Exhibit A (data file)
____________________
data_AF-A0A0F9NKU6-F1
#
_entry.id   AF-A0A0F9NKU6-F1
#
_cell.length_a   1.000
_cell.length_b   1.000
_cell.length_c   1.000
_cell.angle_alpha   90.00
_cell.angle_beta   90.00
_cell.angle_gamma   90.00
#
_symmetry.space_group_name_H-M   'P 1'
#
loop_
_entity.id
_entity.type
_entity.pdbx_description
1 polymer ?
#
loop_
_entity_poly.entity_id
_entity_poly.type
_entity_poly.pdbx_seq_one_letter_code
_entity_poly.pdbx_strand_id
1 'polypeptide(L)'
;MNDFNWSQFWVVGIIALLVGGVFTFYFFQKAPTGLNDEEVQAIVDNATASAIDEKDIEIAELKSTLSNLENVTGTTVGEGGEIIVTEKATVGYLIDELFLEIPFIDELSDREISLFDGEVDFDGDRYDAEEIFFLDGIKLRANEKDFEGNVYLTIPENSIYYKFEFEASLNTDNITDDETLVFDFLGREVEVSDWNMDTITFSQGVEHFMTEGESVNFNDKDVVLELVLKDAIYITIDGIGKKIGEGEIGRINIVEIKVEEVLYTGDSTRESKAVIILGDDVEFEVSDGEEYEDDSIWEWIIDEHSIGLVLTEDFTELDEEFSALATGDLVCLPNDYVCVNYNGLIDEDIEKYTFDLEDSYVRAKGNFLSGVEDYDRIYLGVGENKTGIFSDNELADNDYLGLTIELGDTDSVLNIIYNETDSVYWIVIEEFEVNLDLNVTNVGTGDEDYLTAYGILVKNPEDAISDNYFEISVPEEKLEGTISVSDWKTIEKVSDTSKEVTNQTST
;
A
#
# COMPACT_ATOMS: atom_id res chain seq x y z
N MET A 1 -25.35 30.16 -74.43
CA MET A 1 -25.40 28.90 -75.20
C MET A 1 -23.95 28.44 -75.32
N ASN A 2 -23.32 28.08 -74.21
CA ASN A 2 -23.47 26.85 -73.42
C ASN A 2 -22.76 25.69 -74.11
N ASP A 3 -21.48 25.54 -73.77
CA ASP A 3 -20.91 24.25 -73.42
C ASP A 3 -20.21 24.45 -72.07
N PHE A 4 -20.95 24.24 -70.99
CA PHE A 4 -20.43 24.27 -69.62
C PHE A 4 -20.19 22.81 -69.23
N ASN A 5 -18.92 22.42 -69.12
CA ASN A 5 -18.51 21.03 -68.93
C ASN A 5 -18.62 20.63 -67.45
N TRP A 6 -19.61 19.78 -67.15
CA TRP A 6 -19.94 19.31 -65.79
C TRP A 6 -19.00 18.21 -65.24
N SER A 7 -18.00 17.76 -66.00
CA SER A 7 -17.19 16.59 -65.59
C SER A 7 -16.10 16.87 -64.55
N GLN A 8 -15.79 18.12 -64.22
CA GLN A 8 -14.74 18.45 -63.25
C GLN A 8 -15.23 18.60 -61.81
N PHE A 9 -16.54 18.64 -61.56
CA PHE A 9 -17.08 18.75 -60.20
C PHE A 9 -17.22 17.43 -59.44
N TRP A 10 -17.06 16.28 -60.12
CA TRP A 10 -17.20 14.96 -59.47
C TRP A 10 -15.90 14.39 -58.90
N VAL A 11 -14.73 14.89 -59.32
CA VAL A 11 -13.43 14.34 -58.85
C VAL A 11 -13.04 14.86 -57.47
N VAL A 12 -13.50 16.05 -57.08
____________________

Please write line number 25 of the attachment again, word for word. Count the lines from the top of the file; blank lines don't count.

1 'polypeptide(L)'